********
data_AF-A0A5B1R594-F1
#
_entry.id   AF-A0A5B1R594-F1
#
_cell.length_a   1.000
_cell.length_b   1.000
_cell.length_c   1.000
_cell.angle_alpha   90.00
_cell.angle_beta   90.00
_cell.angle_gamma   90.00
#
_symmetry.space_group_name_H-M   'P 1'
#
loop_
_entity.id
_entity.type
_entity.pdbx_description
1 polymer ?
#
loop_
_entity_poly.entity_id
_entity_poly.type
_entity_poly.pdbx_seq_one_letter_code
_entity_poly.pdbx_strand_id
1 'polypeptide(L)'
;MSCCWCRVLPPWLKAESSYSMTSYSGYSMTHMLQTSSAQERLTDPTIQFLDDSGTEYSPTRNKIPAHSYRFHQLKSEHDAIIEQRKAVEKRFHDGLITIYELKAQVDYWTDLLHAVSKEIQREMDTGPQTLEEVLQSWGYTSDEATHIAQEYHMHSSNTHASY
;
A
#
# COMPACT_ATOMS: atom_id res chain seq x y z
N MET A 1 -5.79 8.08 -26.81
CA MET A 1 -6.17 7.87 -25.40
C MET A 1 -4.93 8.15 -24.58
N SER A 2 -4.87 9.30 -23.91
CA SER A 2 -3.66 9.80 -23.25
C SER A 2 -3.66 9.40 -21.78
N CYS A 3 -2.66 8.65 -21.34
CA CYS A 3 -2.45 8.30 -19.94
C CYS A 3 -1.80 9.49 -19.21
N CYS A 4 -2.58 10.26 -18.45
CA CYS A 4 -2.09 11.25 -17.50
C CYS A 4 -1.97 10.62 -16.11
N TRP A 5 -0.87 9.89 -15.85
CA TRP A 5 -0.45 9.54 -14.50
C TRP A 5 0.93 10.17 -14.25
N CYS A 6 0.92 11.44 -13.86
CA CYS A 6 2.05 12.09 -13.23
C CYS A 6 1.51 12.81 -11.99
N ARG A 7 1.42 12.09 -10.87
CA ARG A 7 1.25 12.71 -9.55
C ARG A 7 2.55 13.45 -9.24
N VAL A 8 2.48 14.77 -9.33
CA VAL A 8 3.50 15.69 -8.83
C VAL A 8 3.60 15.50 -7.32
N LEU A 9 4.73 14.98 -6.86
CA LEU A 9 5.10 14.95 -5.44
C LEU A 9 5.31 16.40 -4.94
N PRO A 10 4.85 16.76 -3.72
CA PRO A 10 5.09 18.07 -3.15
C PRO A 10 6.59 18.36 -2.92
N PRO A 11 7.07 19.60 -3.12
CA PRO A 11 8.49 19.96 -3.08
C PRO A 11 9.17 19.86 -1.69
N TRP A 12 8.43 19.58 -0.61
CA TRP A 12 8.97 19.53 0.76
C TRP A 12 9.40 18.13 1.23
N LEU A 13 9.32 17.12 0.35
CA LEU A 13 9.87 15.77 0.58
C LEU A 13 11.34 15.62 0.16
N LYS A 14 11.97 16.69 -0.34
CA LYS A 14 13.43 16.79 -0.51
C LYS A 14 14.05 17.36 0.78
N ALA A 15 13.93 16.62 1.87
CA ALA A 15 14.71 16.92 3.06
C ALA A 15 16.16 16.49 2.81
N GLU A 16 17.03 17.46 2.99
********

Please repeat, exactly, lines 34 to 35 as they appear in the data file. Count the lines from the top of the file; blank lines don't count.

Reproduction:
N SER A 2 -4.87 9.30 -23.91
CA SER A 2 -3.66 9.80 -23.25